on the backs of
dust witches
dancing at his feet

the old man
startles him
fingering ash
from the bowl of his pipe
looking at his boots
speckled whitish-grey –

kid they all look for water
before they die
you’re just wasting
your time
and that money
wishing her back
she won’t come –
you may as well’ve been
praying for rain


From Sonofabitch Poems, R L Raymond, 2011

Why do you write poetry?

The question “why” is always loaded, especially when it deals with poetry. The inquirer always expects a lofty response.

“I write poetry to satisfy my muse…”
“I must write poetry, it comes from my soul…”
“Poetry is the true language…”

To me, any answer like this, or anything flowery, contrite, haughty, misses the point. Poetry is not an end but a means. Poetry is a tool, a structural element to just plain writing. It provides a framework to

isolate

Or maybe

juxtapose elements that need
juxtaposition to show some
similarity

When looking at line breaks, line lengths, stanzas, really focus on the reason. Does it add to the meaning or

is the line
break simply random to
make the writing look or sound
like poetry?

Poetry isn’t divine, or pure, or mystical, nor is it just chopped up prose. It is a lyrical, metrical, and content-driven building block.

So my answer to “Why do you write poetry?” is pretty simple: I use poetry if the piece requires it. I use poetry to bring meaning and interest to my writing.

So use your “poetry” for a good reason.

Don’t make poetry the reason.

Never erase

We have always been told to learn from our mistakes. It’s a simple enough concept: don’t repeat things that don’t work or things that are bad for you. Wear shoes when you walk on gravel. Don’t stick your tongue to the pole in the schoolyard in winter. Simple.

When it comes to writing, the concept is a little more confusing. Picture the stereotypical frustrated writer, sitting alone in a room, staring at a blank page. Then inspiration strikes! Frantic writing… then, a page is torn, crumpled, tossed across the room in disgust. Zoom in on the pencil. This time, the author is on to something… a sentence, and then, SCRATCH SCRATCH SCRATCH, SCRIBBLE SCRIBBLE SCRIBBLE… blacked out in disgust, as illegible as a classified document. Maybe another ball of paper, thrown away. Zoom out. Scribbles. Balls of paper. Frustration. Fade to black.

For writers it is almost second nature to destroy what we don’t like about what we just put to paper. Why? Maybe we worry that someone will read these unacceptable lines (and care). Maybe we think that the bad stuff will corrupt everything around it, like an algae bloom in the crystal clear pool of our genius. Nonsense.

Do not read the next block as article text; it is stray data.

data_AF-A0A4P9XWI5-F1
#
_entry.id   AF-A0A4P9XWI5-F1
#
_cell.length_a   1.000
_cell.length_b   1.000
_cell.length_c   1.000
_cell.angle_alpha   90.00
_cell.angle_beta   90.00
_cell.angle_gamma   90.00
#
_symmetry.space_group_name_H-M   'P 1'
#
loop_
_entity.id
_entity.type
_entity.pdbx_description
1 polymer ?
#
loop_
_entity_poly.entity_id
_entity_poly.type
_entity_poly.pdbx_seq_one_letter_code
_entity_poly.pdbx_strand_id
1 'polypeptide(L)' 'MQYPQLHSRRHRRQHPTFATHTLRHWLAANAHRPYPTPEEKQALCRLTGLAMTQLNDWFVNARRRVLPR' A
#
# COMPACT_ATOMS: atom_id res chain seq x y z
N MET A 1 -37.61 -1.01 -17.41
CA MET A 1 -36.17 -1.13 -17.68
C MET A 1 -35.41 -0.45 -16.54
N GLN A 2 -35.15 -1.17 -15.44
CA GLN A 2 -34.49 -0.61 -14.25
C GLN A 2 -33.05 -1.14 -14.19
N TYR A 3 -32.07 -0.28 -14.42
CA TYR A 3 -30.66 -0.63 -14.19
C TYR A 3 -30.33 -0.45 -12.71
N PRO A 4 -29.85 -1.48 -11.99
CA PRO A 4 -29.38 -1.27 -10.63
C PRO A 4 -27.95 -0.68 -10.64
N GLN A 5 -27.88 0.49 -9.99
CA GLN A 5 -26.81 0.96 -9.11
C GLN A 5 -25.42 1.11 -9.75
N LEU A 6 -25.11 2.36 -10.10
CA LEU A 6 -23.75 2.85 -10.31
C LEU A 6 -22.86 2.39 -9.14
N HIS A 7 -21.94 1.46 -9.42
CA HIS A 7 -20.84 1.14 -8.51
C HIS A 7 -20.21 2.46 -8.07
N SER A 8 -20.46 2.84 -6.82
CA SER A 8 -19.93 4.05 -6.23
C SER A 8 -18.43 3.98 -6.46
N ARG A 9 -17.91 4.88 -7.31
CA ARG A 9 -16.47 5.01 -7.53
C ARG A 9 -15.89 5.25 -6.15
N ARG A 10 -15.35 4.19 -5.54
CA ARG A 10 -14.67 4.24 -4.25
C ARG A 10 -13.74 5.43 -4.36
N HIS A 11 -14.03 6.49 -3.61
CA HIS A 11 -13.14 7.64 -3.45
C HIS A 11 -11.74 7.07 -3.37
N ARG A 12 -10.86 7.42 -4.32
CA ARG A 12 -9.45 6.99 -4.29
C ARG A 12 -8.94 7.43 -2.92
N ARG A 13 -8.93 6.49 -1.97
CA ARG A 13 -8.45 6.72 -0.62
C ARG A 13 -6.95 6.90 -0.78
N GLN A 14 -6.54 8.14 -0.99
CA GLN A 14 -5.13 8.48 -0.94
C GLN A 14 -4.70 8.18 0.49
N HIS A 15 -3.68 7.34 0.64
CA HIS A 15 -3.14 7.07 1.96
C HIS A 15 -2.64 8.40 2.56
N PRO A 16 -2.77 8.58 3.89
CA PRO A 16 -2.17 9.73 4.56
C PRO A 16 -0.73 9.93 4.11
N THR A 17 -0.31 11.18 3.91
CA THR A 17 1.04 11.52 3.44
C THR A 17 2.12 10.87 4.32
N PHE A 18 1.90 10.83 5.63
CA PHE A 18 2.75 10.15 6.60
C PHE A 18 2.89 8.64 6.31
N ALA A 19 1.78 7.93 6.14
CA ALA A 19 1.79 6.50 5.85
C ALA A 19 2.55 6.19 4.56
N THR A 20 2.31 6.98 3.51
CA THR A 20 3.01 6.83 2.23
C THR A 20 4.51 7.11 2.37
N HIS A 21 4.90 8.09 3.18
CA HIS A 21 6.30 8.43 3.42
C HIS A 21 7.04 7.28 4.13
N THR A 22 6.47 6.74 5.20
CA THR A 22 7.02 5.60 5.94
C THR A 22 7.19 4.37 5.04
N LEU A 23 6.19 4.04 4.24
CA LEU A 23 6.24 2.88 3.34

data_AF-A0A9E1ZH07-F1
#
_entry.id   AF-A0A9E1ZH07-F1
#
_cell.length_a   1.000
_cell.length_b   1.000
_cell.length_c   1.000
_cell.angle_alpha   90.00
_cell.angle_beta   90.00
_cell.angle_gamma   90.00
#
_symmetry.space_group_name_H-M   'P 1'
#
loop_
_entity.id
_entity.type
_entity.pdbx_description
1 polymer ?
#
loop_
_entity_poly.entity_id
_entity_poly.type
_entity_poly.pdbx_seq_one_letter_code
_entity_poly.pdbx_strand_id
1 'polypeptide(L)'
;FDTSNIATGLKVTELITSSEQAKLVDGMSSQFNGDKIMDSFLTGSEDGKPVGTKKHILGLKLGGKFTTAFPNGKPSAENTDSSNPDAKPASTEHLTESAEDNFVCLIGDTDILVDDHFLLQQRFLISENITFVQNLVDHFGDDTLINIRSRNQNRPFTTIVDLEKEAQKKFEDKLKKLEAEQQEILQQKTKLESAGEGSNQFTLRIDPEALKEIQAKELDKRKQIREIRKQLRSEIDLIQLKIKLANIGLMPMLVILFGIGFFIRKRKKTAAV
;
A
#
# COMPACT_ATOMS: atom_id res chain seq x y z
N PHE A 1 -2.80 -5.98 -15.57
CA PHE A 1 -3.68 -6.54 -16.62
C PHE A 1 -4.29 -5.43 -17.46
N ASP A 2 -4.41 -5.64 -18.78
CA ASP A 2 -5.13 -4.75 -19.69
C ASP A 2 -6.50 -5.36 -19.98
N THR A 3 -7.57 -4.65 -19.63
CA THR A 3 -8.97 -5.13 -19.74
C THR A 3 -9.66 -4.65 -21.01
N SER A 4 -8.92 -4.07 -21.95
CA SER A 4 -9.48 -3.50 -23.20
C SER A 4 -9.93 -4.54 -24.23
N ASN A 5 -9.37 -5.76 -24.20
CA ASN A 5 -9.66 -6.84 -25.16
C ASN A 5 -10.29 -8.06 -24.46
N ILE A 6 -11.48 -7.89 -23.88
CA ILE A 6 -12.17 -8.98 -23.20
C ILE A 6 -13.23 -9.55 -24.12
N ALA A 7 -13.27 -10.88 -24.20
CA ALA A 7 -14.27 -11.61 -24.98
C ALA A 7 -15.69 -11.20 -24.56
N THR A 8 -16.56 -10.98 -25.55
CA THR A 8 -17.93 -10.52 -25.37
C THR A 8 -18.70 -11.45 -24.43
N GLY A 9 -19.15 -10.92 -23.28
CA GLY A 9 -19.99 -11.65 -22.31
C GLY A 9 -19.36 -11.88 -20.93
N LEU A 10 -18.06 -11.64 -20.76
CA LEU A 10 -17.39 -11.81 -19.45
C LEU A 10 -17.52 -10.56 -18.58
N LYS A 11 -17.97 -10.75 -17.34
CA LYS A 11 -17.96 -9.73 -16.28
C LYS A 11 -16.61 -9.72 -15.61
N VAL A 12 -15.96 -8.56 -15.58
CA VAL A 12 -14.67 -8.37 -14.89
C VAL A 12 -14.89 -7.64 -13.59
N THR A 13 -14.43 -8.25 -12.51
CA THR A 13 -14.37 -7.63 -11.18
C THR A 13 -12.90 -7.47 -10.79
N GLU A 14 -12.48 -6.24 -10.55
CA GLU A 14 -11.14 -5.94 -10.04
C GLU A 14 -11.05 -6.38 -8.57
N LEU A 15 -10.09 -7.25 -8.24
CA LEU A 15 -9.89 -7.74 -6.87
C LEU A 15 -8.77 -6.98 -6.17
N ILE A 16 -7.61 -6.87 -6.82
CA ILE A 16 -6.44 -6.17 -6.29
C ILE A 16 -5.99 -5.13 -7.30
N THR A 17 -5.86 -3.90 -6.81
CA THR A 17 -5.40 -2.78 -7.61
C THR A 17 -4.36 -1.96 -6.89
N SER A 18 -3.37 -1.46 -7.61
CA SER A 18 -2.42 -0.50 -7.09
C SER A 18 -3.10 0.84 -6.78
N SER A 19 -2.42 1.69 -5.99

Never erase
Never throw away
Reread your drafts
Reread your journals

If you’ve thrown away a draft, or erased parts of it in one way or another, you can never learn from it. And don’t pretend to yourself that you’ll remember why it was ‘terrible;’ most times you can’t remember, a few hours later, that good stuff that comes to you as you fall asleep. If it’s gone, it’ll be repeated.

There is also another great reason to make your mistakes visible. When you reread your draft, your notes, your journal, you’ll see the worlds words (wow, an example right here! I meant ‘words’ but typed ‘worlds’ so I’m going to leave it) under the strikethrough. Those were your original thoughts, your original gut instincts. Once you’ve removed yourself from the critical, “this sucks,” heat-of-the-moment hatred of your words, maybe you’ll see there was something salvageable.

Maybe it’s even better than just salvaging a little bit of writing. Maybe you’ll see an error, juxtaposed beside another word, another concept, and it will spark something totally new and fresh and different and inspiring. I remember writing feverishly, writing and crossing out (because I actually take my own advice and never erase), and coming up dry. A page of, well, nothing. But, under one pencil line, I read the word ‘ghost’ which had been either a written-typo (whatever those are called) or a weird mental connection I’d lost as soon as I’d written it. Whatever the case, in the nonsensical context, the ‘ghost’ idea became a fun little poem, using bits and pieces of the unrelated stuff that happened around the error. The original had NOTHING to do with what I eventually wrote. And the word ‘ghost’ didn’t even appear in the final piece.

If I had thrown out the page, or blacked out the ghost, I would never have found those interesting, accidental interplays that made the mistake worthwhile.

Keep the paper smooth, in your journal, notepad, binder, and cherish your strikethroughs, for there may be nuggets of inspiration in those words you originally thought garbage.